Study results show a 4% mortality rate among HIV-positive patients who have coronavirus disease 2019 (COVID-19) compared with approximately 17% of patients who also have COVID-19 but are HIV-negative.
There was an overall 4% mortality rate among HIV-positive patients who had coronavirus disease 2019 (COVID-19) compared with approximately 17% of patients who also have COVID-19 but are HIV-negative, according to retrospective study results out of Italy published in the journal Clinical Infectious Disease.
“Little is known about the impact of HIV infection on the clinical outcomes of patients infected with SARS-CoV-2 because, to the best of our knowledge, only case reports or small case series have so far been published,” they noted.
For their study, the authors reviewed their Department of Infectious Diseases database, which had a total HIV-positive patient population of 6000, for cases in which HIV-positive patients had throat swab—confirmed COVID-19 or were likely to have the virus. Probable cases were classified by the following criteria:
Overall, the authors produced records for 47 HIV-positive patients referred to ASST Fatebenefratelli Sacco University Hospital, Milan, Italy, between February 21 and April 16, 2020, with diagnosed COVID-19 or a likely case of the disease. Twenty-eight (60%) of them were positive for COVID-19.
Seventy-seven percent (36) were male patients, who had a mean (SD) age of 50 (11) years; female patients accounted for the remaining 23% (11), and they had a mean age of 53 (12) years. The overall mean (SD) length of COVID-19 infection was 11 (7) days for the women compared with 14 (9) in the men (P = .338).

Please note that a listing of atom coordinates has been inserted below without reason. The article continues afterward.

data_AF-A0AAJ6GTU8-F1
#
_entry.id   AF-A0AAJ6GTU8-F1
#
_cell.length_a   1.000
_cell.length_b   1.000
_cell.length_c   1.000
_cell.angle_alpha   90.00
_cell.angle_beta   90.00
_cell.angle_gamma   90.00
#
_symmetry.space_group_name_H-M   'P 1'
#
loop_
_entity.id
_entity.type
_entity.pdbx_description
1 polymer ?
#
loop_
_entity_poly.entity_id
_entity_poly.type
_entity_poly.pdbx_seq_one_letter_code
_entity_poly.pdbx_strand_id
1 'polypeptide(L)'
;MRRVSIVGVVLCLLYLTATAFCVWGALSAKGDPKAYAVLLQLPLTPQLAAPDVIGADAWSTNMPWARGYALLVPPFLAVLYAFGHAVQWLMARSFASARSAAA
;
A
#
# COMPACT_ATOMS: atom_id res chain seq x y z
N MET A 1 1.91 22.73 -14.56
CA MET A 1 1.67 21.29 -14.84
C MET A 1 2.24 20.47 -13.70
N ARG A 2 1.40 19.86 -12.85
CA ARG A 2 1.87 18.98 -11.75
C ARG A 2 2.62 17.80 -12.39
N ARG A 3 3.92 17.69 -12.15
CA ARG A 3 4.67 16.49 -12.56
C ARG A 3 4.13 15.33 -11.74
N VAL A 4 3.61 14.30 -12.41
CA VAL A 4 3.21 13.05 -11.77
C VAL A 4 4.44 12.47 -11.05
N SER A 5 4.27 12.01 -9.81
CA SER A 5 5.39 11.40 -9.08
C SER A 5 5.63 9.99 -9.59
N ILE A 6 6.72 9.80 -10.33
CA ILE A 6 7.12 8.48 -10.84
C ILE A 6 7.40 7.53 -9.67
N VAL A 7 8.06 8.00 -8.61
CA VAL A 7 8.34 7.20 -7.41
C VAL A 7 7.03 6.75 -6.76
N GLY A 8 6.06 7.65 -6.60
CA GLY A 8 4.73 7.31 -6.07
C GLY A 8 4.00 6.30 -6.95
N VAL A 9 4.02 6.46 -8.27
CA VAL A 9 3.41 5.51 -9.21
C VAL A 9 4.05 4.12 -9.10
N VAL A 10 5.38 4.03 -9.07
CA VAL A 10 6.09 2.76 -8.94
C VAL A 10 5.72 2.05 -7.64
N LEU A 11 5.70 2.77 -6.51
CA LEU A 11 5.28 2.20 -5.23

Among the 47 patients, 94% had an HIV viral load below 20 copies/mL, and there was a mean (SD) CD4 cell count of 636 (290) cells/mm3. The most common comorbidities were dyslipidemia, hypertension, and hepatitis C or B co-infection; 82% of the men and 58% of the women had at least 1 of these comorbidities.
Their antiretroviral treatment (ART) chiefly consisted of integrase inhibitors (80%) and protease inhibitors (11%). Forty-two percent were on a tenofovir-based regimen, either emtricitabine/tenofovir alafenamide/bictegravir or emtricitabine and tenofovir alafenamide plus an integrase inhibitor.
Just 13 of the 28 HIV-/COVID-19—positive patients had to be hospitalized. Of the entire group, less than half received potential COVID-19 treatments consisting of hydroxychloroquine (17%), azithromycin (15%), and lopinavir/ritonavir (11%).
Additional findings show a comparable risk of severe disease for the 47 patients compared with the general patient population who had COVID-19. This group also had a lower risk of death or admission to the intensive care unit compared with HIV-negative patients.
The authors hypothesize that the patients’ ART may have worked in their favor, especially with several regimens having been suggested as possible treatments against COVID-19. Plus, their results show a possible protective effect from integrase-inhibitor treatment, “which apparently indicates that antiretroviral therapy does not play a key role, although a potentially protective effect of tenofovir cannot be ruled out given its recently reported effect against SARS-CoV-2 RNA-dependent RNA polymerase.”
A second reason for the HIV-positive patients faring better is that their immune systems are in constant activation mode. “Consequently, the evolution of COVID-19 may be milder and not progress to a severe cytokine storm,” the authors concluded.
Although they believe their findings can inform how to manage HIV-positive patients who contract COVID-19, the authors still suggest larger cohort studies to validate and confirm their results.
The main limit to the generalizability of their findings is that some of their patients did not have confirmed cases of COVID-19, just a high likelihood.
Gervasoni C, Meraviglia P, Riva A, et al. Clinical features and outcomes of HIV patients with coronavirus disease 2019. Clin Infect Dis. Published online May 14, 2020. doi:10.1093/cid/ciaa579